Unless there is a big improvement next year, the headline for the October 2013 ABQ Mayor's race is this: "Zero Job Growth For ABQ Since 2008."

Here's the news as the unrelenting Bear Market continues to pinch New Mexico's largest city:

Economic recovery in the Albuquerque metropolitan area is among the slowest of the nation’s 100 largest metropolitan areas, according to a new Brookings Institution report that tracks employment, economic output and housing prices from lows reached during the recession. The Albuquerque area ranked 90th overall in economic performance since the area’s low point in early 2008, Brookings reported. The national recession began in December 2007 and ended in June 2009...Brookings found that the Albuquerque area’s job growth during the recovery has been zero between early 2008 and the end of the second quarter this year, ranking it 99th out of 100 metropolitan areas studied. 

ABQ City Hall has played ostrich on the economy for three years, burying its head in Rio Grande river sand as jobs vanish across the metro. Now with the election less than a year away, Republican Mayor RJ Berry is starting to shake off some of the sand off. Take a look:

Albuquerque Mayor Richard J. Berry is on a multiple-city trip to three East Coast cities to encourage business development and expansion in the Albuquerque area. Albuquerque Economic Development Department President Gary Tonjes and Director of Economic Development for the city, John Garcia, have joined Berry on the trip. “It is important to get out and pound the pavement and remind the decision maker’s around the country about the many advantages to doing business in Albuquerque...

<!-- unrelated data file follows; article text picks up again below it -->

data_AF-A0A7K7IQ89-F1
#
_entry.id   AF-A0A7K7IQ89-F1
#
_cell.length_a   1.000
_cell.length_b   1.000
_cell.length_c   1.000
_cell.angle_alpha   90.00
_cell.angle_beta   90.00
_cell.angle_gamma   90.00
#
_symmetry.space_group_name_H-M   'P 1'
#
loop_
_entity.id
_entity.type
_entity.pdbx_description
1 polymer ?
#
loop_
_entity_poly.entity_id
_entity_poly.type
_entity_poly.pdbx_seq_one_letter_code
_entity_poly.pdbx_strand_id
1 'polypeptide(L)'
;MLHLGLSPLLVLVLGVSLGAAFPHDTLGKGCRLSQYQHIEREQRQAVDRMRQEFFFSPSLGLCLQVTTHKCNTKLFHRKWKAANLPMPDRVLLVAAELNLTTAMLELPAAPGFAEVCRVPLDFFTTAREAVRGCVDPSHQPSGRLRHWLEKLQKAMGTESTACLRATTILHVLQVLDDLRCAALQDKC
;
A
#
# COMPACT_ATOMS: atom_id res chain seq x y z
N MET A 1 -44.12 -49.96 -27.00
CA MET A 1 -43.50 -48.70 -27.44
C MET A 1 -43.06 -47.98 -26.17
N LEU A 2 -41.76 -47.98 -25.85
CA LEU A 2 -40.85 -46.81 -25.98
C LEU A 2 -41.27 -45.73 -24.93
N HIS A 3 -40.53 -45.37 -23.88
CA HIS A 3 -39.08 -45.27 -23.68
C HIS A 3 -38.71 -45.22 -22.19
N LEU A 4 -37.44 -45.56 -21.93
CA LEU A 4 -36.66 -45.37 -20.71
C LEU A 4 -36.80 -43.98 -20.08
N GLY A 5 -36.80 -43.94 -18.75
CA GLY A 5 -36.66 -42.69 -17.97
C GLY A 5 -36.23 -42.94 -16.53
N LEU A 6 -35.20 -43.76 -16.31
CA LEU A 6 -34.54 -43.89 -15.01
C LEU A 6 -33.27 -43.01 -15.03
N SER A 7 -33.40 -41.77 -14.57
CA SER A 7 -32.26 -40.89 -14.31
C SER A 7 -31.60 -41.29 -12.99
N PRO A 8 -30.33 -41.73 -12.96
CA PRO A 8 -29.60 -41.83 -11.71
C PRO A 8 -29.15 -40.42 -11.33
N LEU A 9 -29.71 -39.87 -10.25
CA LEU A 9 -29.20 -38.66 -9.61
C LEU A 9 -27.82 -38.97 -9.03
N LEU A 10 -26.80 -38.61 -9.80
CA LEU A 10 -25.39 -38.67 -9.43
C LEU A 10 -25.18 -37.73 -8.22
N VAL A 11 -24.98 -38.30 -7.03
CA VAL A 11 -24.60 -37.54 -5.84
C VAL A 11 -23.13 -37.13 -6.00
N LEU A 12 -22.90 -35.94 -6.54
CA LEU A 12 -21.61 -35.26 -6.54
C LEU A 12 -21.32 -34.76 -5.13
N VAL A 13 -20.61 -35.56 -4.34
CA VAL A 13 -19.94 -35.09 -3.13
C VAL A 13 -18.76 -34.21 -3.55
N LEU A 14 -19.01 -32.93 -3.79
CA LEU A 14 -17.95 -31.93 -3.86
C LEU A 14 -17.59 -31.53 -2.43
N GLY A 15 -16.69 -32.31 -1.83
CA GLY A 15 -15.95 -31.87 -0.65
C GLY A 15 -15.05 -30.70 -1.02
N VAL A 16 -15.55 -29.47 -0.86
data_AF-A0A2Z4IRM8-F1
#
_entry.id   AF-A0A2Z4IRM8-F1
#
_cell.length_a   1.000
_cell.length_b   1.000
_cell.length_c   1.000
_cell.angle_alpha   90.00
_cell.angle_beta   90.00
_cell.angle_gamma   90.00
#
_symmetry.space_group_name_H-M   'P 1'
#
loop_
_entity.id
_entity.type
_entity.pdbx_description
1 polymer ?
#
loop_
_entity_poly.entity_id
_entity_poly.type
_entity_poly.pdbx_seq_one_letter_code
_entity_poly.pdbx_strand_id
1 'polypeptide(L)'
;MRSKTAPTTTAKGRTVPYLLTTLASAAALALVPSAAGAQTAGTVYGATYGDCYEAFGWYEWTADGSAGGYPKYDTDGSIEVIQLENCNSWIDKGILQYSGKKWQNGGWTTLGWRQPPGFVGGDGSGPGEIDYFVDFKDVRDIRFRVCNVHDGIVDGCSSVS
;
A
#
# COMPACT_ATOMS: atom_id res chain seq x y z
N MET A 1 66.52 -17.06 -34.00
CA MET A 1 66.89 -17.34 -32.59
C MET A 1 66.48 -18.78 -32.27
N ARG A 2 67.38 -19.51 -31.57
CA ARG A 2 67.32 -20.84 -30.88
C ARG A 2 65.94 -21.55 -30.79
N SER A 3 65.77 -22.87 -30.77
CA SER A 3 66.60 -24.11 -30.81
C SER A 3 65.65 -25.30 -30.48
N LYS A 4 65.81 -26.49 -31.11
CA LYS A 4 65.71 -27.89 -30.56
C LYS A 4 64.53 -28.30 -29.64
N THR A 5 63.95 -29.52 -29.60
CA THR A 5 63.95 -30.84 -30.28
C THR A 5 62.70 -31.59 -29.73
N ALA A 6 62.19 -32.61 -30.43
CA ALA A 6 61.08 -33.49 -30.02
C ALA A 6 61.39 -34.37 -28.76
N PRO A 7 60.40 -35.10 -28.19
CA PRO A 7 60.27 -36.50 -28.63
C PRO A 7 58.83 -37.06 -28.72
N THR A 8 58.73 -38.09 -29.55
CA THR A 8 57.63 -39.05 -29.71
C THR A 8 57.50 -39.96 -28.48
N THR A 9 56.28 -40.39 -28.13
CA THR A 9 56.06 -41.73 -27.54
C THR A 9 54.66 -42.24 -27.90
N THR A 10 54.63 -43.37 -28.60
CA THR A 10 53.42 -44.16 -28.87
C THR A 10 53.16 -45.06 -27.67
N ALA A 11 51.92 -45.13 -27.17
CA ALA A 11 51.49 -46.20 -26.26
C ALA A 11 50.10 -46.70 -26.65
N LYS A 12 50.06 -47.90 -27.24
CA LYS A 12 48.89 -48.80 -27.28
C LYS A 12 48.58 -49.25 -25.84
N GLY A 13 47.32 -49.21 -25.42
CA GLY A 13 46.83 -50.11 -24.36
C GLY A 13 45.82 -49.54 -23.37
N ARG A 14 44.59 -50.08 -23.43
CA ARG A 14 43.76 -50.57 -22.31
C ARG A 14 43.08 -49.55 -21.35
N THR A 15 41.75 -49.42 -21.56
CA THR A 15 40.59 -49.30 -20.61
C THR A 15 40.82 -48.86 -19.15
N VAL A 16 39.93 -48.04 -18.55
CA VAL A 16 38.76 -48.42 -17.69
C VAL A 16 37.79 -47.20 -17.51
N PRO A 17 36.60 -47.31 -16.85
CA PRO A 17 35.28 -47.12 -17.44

Berry, a contractor before he became mayor, boasts of his private sector experience but that sector has been hammered here during his tenure as has the government sector. It has been a double whammy that has given the Duke City its longest economic losing streak since the Great Depression. Yet, the Democratic Party has made little of it, even as Berry blames Washington policies for the slowdown that shows no signs of quitting here, even while surrounding states begin adding jobs.

A lousy economy and a mismanaged police department give Berry's potential opponents plenty of material to work with, but city councilors, leaders of the business community and the mainstream media seem content to let the status quo go unchallenged. We'll see soon if any mayoral candidates rise to the occasion.

MORE ECONOMY WATCH

New Mexico's economy is like night in day. In the Rio Grande Valley and stretching into the north, it's night, but down south and in the southeast it's a bright day:

Three new companies are expected to open doors in Santa Teresa and one will expand, with officials expecting about 120 new jobs to be created.

Then you drive back up I-25 and get slammed with this news in Rio Rancho:

When property values drop, the state raises tax rates to make sure the county brings in enough money to provide services. According to county information, the countywide taxable property value dropped by more than $200 million this year compared to last year, from almost $3.4 billion to not quite $3.2 billion.

The decline in housing prices combined with no job growth have consumers in the ABQ metro continuing to pull back on their spending. Gas prices over $3.50 a gallon aren't helping.